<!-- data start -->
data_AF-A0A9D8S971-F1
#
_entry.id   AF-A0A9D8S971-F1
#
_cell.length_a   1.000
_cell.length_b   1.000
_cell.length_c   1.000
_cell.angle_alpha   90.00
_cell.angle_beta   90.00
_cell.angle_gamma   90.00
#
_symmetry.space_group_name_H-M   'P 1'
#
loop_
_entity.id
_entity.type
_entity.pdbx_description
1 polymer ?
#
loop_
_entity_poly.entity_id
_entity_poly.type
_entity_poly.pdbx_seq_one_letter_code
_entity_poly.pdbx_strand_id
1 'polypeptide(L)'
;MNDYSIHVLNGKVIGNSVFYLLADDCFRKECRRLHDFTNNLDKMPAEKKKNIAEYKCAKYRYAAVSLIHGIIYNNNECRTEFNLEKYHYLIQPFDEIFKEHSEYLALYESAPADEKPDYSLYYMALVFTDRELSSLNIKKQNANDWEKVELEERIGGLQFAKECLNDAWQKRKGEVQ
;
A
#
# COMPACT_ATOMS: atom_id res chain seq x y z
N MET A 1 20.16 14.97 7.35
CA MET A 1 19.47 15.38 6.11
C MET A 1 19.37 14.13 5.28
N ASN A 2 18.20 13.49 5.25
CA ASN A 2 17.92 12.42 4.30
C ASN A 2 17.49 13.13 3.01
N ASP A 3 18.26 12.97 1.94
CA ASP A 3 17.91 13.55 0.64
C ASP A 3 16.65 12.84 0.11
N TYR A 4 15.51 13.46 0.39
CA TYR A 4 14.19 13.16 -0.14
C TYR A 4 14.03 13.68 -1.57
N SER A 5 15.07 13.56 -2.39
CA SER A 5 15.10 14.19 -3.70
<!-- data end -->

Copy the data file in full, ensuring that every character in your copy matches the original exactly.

data_AF-A0A9D8S971-F1
#
_entry.id   AF-A0A9D8S971-F1
#
_cell.length_a   1.000
_cell.length_b   1.000
_cell.length_c   1.000
_cell.angle_alpha   90.00
_cell.angle_beta   90.00
_cell.angle_gamma   90.00
#
_symmetry.space_group_name_H-M   'P 1'
#
loop_
_entity.id
_entity.type
_entity.pdbx_description
1 polymer ?
#
loop_
_entity_poly.entity_id
_entity_poly.type
_entity_poly.pdbx_seq_one_letter_code
_entity_poly.pdbx_strand_id
1 'polypeptide(L)'
;MNDYSIHVLNGKVIGNSVFYLLADDCFRKECRRLHDFTNNLDKMPAEKKKNIAEYKCAKYRYAAVSLIHGIIYNNNECRTEFNLEKYHYLIQPFDEIFKEHSEYLALYESAPADEKPDYSLYYMALVFTDRELSSLNIKKQNANDWEKVELEERIGGLQFAKECLNDAWQKRKGEVQ
;
A
#
# COMPACT_ATOMS: atom_id res chain seq x y z
N MET A 1 20.16 14.97 7.35
CA MET A 1 19.47 15.38 6.11
C MET A 1 19.37 14.13 5.28
N ASN A 2 18.20 13.49 5.25
CA ASN A 2 17.92 12.42 4.30
C ASN A 2 17.49 13.13 3.01
N ASP A 3 18.26 12.97 1.94
CA ASP A 3 17.91 13.55 0.64
C ASP A 3 16.65 12.84 0.11
N TYR A 4 15.51 13.46 0.39
CA TYR A 4 14.19 13.16 -0.14
C TYR A 4 14.03 13.68 -1.57
N SER A 5 15.07 13.56 -2.39
CA SER A 5 15.10 14.19 -3.70